WASHINGTON, Aug. 30 (Xinhua) -- U.S. consumer spending posted the largest increase in four months in July, primarily driven by a surge in auto sales, the Commerce Department reported Monday.
Consumer spending, which accounts for about 70 percent of the overall economy, rose 0.4 percent in July from a month earlier, while personal incomes increased 0.2 percent. Both consumer spending and personal incomes showed zero increase in June.
In addition, consumers' willingness to save seem to have retreated a little bit during the month, with savings rate dropping to 5.9 percent from 6.2 percent in June. Even with the July decline, the savings rate is nearly three times higher than it was before the recession began in December 2007.
July's gain in consumer spending exceeded a 0.3-percent rise economists had projected. Consumer spending remained sluggish in recent months, as consumers are more cautious in purchasing amid uncertain economic prospect and lackluster job growth. Instead, they are more inclined to save or trim their debt to repair balance sheets that were shattered during the recession.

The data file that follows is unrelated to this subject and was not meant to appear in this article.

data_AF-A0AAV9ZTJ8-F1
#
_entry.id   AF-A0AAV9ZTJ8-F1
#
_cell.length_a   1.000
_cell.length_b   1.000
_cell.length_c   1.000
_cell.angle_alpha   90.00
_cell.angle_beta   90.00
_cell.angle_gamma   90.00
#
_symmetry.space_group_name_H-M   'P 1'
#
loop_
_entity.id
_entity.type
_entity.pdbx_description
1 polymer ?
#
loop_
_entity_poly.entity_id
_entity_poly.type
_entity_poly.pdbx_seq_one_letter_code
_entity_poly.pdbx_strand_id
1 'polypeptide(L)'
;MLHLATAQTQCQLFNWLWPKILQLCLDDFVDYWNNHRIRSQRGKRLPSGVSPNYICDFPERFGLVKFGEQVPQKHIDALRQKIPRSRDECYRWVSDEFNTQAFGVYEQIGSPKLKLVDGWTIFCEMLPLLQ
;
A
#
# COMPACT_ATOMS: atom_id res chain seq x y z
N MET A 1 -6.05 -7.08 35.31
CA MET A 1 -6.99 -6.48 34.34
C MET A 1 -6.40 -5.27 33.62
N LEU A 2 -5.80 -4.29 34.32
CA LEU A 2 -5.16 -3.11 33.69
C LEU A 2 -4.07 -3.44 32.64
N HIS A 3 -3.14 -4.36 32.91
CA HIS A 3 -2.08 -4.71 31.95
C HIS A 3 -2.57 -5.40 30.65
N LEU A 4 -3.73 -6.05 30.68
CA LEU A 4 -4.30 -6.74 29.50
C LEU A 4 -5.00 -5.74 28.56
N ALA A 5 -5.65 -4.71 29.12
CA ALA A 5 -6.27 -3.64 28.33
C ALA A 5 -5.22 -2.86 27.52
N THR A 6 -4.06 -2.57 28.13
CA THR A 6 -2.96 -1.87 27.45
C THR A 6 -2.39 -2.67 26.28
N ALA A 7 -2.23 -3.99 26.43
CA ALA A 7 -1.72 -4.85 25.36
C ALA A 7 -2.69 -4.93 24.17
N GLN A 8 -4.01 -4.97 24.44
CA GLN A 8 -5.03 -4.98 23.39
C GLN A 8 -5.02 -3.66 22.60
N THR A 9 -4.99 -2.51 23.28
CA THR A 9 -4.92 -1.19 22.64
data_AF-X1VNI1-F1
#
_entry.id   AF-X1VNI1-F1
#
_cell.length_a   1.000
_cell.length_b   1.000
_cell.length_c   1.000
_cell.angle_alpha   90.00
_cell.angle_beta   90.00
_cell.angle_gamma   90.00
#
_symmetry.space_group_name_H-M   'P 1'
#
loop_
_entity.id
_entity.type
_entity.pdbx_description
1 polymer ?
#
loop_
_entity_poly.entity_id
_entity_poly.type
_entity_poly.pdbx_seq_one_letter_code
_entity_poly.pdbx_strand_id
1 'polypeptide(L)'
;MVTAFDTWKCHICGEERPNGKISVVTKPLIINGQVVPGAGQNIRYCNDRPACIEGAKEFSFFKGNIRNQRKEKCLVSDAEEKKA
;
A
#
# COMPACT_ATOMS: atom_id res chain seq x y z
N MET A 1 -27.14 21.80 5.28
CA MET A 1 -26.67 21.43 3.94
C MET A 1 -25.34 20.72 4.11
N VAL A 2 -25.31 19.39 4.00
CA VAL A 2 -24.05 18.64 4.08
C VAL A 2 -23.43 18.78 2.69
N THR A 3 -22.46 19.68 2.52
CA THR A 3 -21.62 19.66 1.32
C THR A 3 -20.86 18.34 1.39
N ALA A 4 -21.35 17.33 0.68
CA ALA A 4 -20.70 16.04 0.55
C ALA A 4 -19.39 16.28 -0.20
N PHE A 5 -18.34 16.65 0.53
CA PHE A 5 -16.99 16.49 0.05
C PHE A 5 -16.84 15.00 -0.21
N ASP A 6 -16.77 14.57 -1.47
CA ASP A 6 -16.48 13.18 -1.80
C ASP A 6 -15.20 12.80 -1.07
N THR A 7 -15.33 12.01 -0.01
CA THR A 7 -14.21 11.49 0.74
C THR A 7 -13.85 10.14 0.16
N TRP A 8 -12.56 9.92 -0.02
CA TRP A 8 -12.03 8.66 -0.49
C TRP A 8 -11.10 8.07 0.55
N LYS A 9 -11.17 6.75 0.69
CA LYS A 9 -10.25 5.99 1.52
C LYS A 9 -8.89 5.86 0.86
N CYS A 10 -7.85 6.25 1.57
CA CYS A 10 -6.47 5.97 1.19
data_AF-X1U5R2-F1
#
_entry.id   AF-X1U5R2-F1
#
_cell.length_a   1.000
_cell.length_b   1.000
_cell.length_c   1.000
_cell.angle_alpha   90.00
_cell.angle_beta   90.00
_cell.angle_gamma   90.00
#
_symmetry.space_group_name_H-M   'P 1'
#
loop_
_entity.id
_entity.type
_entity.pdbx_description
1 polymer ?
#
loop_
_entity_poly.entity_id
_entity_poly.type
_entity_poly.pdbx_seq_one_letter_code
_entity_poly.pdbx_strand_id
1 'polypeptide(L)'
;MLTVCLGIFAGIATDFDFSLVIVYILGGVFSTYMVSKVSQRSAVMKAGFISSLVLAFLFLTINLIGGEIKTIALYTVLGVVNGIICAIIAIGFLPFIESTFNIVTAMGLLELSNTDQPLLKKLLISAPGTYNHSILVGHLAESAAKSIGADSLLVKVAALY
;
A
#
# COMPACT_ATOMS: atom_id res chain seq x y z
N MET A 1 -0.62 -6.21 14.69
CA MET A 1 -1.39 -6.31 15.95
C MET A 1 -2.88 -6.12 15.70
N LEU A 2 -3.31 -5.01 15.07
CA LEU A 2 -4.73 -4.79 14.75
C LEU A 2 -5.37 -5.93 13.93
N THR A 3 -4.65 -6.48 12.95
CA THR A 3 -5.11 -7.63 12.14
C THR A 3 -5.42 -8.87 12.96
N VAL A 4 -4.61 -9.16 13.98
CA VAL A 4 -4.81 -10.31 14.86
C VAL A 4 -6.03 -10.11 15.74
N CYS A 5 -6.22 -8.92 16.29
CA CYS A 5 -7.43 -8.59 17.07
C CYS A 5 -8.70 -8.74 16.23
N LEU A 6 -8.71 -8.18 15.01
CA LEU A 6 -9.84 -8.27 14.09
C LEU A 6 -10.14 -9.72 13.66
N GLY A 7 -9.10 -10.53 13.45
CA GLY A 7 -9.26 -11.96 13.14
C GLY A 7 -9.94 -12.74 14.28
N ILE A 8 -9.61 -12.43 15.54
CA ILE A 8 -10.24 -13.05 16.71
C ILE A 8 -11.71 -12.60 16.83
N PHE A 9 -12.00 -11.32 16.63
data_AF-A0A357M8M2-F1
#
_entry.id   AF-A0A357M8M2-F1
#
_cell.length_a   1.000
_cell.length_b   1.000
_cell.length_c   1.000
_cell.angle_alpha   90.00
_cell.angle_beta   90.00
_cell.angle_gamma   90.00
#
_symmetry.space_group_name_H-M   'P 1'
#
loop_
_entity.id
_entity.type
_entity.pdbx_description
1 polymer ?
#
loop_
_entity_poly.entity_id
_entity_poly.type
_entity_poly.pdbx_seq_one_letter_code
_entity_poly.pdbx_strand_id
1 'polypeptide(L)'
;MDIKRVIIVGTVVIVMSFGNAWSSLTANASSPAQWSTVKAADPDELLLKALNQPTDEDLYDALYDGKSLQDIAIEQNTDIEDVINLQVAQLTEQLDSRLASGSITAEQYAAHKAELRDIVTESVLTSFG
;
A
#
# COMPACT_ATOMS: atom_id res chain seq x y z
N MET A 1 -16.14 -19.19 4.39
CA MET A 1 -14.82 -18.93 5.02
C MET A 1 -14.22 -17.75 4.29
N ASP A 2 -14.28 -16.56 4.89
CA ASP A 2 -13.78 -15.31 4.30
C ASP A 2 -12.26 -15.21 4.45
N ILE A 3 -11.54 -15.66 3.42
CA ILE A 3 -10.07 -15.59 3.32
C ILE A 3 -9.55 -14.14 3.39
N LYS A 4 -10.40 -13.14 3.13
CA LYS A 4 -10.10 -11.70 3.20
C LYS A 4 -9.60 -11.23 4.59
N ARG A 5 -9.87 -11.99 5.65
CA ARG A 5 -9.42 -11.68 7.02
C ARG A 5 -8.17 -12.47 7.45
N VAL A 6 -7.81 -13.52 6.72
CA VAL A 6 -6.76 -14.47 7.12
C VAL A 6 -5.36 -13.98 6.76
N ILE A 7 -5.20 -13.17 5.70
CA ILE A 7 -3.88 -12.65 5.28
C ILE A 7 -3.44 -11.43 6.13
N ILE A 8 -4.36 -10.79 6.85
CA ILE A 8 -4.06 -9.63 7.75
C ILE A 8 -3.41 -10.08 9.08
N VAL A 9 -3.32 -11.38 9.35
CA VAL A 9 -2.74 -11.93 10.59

The U.S. Commerce Department on Friday revised the economic growth to an annual rate of 1.6 percent in the second quarter of this year from an initially estimated pace of 2.4 percent. But consumer spending was revised upward to a growth rate of 2.0 percent, compared to the previously reported 1.6 percent.
"Consumers are reducing their debt and building savings, returning household wealth-to-income ratios near to longer-term historical norms, " Federal Reserve chairman Ben Bernanke said Friday at the Fed annual retreat in Jackson Hole, Wyoming.
"Stronger household finances, rising incomes, and some easing of credit conditions will provide the basis for more rapid growth in household spending next year."